Last week I focused on:
- Expanding my knowledge of the command line interface (CLI)
- Learning the basics of git.
If you use a Mac computer, accessing the CLI is easy. First you have to activate your terminal.
- Press Command + Spacebar: This brings up spotlight search
- Type the word Terminal into the search bar
- Press Enter
It is easy as 1-2-3 and now you are ready to learn how to use your CLI to navigate through your computer’s file structure. Once you are ready, I recommend the following YouTube videos:
Last week I worked through the Command Line Basics video #3 which is all about file permission and ownership. Basically I learned to tell who owns a file and what they are allowed to do with that file (or directory.) This video taught me the following commands:
- chmod– allows you to change the permission on a file or directory
- chown– allows you to change the ownership of a file or directory
- sudo– allows you to temporarily elevate your own authorization on the command line
After strengthening my command line chops, I focused exclusively on learning the basics of git.
Git is difficult to explain, but I love a challenge.
Imagine that there are many programmers on a team working collaboratively on a website. They need a way to make individual changes to the site without stepping on each other’s toes. They also need a way to monitor the history of all the changes that were made to the site overtime. Finally they need a way to access each other’s code to make improvements. Git does all of that effortlessly. It is a distributed version control system. Which means that it exists to help programmers manage the many different versions of a project that they accumulate over time. Nothing is lost with git, rather a snapshot of each step of the project is saved in a repository that the programmers can access at anytime.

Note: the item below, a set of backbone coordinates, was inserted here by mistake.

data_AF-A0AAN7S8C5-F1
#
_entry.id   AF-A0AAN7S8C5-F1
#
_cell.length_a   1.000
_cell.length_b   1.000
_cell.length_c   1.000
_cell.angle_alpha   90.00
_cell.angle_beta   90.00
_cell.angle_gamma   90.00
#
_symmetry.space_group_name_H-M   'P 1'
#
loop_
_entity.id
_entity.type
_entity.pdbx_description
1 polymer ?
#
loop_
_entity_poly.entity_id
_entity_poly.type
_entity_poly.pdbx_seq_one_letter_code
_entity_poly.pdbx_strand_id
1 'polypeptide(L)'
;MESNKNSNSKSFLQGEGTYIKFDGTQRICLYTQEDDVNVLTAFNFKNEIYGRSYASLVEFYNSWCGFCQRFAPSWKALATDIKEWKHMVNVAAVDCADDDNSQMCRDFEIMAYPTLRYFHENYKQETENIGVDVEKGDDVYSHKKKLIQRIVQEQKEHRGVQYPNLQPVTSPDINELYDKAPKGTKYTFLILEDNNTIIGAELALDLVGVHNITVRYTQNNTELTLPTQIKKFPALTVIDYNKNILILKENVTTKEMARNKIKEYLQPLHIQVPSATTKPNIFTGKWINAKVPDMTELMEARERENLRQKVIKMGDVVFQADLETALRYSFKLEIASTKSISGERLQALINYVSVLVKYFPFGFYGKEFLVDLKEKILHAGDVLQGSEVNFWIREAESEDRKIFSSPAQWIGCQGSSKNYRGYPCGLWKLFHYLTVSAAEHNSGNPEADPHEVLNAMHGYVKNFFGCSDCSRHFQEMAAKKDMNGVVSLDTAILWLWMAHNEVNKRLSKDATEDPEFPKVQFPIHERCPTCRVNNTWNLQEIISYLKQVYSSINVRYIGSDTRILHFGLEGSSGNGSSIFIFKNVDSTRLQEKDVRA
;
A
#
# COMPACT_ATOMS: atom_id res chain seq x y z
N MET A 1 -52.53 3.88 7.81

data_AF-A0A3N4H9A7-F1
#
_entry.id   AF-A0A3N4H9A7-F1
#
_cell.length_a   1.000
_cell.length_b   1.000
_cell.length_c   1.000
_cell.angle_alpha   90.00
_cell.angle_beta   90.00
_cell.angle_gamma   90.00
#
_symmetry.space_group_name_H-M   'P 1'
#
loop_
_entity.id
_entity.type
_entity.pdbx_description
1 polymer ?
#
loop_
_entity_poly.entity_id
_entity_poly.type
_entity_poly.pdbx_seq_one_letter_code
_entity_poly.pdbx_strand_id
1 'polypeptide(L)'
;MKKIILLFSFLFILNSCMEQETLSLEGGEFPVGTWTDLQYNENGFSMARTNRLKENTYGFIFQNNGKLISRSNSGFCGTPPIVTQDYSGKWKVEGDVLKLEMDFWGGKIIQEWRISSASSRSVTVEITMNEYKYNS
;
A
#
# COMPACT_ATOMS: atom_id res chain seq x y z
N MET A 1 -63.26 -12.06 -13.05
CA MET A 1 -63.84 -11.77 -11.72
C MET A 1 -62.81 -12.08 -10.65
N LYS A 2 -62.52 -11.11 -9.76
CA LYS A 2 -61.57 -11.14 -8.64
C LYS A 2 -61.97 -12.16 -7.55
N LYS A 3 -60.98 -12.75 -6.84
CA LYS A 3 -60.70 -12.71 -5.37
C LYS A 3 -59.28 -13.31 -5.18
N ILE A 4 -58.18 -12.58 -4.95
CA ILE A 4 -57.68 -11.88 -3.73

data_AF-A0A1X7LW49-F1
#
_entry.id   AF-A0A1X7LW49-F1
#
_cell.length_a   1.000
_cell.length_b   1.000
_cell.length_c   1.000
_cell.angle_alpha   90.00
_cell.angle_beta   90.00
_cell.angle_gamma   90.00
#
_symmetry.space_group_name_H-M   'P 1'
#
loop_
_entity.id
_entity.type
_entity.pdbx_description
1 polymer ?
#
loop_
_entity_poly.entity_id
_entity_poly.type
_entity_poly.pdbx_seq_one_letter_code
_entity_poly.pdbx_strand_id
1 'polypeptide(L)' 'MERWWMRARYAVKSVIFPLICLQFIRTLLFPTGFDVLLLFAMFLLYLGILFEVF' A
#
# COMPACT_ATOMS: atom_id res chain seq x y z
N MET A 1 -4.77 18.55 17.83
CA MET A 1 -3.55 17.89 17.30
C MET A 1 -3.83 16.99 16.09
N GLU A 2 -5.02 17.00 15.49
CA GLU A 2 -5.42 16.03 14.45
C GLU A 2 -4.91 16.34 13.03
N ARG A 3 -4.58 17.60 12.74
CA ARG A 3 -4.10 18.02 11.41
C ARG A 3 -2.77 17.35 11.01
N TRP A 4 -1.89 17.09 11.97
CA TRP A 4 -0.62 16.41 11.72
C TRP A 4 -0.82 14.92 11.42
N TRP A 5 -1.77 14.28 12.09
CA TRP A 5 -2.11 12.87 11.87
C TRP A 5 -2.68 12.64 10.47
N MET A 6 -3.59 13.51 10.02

To learn more about Git, I recommend the following resource:
- Getting Started About Version Control– This is rather long book. Just read the first chapter. It will introduce you to the structure of git, the workflow, and basic commands.
- Try Git – this is a free course from codeschool. I have to warn you though, you will get addicted like me and end up paying the $29 a month to access the rest of the code school lessons on Git and more. I am crazy about code school. It is really a great resource.
So far, I have learned the following commands in Git:
- git init: this creates a local repository for my files
- git status: I type this one all the time. It helps me know what is going on with my files
- git add: This adds a file to the “staging area.”
- git commit –m: This actually commits my file to the repository and adds it to the overall timeline
- git log: shows a record of my commits
That was a lot of ground to cover in one week. Next week I plan to delve even deeper in to Git. I will be starting Git Level 2 on the code school website. Check back next week to see what I learned in level 2!